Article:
Orchestra, Mhairi Lawson, soprano, conducted by Paul Goodwin;
Wolfgang Amadeus Mozart, Symphony No. 40 in G Minor, K. 550
Gustav Mahler, Symphony No. 4 in G Major
From the Storm and Stress first half to one of the gentlest and most peaceful endings in the orchestral repertoire, Tuesday’s concerts cover it all.
Mozart’s Symphony No. 40 begins with one of the composer’s most famous melodies, and thrusts the listener into the minor key that dominates the work. The symphony, like many later works from Mozart, is intense and complex, and clearly points toward the Romantic era and Beethoven. It also showcases the composer’s interest in the artistic movement known as Sturm und Drang (Storm and Stress), in which darker and stronger emotions predominate.
Mahler’s Symphony No. 4 is perhaps the lightest and most approachable of his ten immense symphonies. It’s his shortest work, and uses the smallest orchestra. Yet the passionate emotions that are Mahler’s trademark propel the symphony from its opening melody, said by the composer to express “a dewdrop on a flower before the sun shines into it.” The second movement is a surreal scherzo featuring an extended violin solo with the instrument tuned a step higher than normal— a sound which Mahler associated with a street fiddle. Mahler thought of the third movement as his prettiest slow movement, and it is easy to conjure the image of the composer rowing on the lake by the new summer home he had just moved into when creating the work.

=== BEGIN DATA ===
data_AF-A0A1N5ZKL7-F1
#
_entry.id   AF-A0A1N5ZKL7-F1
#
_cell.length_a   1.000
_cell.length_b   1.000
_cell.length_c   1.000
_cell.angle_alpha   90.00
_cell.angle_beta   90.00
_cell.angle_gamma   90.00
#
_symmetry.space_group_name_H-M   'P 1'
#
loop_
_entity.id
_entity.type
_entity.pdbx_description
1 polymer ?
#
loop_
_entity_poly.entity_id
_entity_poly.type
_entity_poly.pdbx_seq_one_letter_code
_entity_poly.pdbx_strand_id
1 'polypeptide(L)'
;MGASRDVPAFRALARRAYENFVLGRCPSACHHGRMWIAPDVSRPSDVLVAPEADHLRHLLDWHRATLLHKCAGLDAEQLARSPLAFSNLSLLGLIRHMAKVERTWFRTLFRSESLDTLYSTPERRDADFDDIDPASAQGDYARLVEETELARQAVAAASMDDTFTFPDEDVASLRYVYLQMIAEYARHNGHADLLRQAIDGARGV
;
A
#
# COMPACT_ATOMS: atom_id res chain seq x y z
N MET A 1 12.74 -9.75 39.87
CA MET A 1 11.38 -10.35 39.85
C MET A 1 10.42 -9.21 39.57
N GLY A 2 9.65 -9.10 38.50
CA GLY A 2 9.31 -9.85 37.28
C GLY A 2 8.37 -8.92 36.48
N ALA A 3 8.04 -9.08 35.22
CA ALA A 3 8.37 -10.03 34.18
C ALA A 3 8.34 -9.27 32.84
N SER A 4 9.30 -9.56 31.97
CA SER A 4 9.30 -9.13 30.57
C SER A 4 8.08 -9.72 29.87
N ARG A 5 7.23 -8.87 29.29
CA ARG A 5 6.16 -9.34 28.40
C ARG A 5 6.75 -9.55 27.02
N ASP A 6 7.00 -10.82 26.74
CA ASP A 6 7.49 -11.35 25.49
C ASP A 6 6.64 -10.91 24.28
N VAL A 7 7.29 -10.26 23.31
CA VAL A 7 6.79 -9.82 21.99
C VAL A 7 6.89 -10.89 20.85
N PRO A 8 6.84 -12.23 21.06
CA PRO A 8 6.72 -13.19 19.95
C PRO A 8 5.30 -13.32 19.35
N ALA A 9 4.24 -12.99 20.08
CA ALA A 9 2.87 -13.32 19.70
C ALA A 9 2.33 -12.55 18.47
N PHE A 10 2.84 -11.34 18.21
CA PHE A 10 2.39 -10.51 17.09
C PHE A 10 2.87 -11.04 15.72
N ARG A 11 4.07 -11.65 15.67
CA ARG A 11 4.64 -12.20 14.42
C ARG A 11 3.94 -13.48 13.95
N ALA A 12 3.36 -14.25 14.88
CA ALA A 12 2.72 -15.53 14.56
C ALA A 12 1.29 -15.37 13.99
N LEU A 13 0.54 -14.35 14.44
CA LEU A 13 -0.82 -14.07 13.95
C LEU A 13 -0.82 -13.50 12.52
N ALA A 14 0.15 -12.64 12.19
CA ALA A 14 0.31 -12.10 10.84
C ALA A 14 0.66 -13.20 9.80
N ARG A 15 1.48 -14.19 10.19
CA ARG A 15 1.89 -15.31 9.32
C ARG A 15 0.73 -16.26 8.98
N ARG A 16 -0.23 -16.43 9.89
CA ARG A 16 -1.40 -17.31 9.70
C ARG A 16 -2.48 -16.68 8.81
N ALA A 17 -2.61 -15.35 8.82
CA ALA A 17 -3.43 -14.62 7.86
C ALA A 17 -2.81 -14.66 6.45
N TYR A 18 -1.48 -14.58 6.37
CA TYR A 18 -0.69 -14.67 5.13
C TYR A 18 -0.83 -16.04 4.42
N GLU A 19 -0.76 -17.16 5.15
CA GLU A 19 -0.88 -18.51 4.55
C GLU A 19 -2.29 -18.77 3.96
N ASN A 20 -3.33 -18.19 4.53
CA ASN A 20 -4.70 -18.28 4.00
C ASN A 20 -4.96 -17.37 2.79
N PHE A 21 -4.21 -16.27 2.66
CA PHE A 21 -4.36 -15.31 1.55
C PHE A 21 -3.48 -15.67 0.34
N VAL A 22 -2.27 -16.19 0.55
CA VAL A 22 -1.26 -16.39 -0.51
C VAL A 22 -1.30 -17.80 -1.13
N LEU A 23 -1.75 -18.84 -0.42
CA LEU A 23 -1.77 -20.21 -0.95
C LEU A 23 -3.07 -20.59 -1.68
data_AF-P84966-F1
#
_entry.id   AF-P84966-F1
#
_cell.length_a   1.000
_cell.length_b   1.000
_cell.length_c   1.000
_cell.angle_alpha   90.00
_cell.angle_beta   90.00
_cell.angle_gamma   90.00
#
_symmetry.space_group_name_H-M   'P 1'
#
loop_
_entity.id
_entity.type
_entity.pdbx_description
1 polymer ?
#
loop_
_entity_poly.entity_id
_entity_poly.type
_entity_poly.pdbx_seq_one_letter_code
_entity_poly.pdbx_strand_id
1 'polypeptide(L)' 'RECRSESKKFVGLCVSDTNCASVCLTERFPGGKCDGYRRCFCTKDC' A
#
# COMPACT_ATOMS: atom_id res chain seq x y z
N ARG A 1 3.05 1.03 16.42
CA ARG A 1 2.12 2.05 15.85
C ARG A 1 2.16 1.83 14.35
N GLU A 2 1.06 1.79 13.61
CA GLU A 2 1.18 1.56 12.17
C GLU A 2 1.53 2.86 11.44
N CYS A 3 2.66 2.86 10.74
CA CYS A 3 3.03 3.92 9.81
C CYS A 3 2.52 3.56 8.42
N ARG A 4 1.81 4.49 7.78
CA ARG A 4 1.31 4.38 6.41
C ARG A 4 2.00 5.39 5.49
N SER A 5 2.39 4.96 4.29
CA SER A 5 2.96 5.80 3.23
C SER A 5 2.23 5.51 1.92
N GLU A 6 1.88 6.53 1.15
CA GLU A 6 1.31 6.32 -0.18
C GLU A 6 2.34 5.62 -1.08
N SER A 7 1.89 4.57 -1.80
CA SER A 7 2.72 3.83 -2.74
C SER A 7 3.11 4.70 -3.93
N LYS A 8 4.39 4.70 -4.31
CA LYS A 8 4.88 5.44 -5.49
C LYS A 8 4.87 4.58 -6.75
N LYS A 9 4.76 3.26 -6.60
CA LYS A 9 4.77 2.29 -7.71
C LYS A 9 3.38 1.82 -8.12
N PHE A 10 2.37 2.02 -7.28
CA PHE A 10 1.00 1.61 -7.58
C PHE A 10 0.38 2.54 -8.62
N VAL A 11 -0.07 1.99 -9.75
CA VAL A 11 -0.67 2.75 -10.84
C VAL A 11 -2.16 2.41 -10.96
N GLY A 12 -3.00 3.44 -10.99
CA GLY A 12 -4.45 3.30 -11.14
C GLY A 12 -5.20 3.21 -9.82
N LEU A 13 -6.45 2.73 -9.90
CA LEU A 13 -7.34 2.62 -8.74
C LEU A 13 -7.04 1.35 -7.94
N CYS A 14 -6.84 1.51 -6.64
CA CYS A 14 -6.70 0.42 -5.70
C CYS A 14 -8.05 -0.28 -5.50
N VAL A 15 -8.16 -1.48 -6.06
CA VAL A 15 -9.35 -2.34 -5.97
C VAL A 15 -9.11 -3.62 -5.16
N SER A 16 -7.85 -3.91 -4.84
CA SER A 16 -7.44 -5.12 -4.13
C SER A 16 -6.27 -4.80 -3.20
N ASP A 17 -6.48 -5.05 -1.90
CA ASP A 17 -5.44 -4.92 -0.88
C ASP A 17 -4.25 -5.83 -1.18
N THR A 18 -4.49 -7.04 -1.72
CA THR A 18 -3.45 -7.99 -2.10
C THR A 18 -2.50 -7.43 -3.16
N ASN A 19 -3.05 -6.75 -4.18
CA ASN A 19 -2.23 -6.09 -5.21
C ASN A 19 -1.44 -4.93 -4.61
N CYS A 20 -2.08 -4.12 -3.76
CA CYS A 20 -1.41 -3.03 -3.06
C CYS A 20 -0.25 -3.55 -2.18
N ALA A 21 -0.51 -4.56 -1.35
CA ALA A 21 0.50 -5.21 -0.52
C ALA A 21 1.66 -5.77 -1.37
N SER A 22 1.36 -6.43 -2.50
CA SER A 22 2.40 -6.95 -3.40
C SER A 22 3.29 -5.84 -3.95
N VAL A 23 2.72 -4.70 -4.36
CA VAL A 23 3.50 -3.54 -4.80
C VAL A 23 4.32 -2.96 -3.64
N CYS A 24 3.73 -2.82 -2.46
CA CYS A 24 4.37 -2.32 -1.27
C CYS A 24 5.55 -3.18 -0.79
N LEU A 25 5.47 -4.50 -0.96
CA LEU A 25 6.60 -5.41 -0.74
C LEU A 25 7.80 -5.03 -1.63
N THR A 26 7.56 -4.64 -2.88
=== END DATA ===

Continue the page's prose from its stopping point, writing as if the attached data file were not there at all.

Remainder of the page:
The symphony’s conclusion, the song “The Heavenly Life,” is an ethereal and sublime song for soprano expressing a child’s view of heaven in an extraordinarily peaceful and innocent setting. “The angel voices enliven the senses, so that everyone awakes for joy,” the soprano sings as the concert comes to a serene conclusion.
“This program juxtaposes Mozart’s most dramatic symphony with a child’s view of heaven in Mahler’s 4th,” said Paul Goodwin. “This concert takes you on an emotional journey starting with high drama and ending with quiet beauty.”
MHAIRI LAWSON soprano
Mhairi Lawson returns for her fifth Carmel Bach Festival season. While a student at the Guildhall School of Music, Mhairi won the International Early Music Network Young Artists Prize, which led to her first recording. Mhairi has performed in opera houses and concert halls worldwide such as English National Opera, The Gabrieli Consort and The Scottish Chamber Orchestra. Mhairi will perform the ethereal solo that concludes Mahler’s Fourth Symphony. You can also hear her on the Saturday and Sunday Main Concerts and the Monday chamber concert at All Saints’ Church.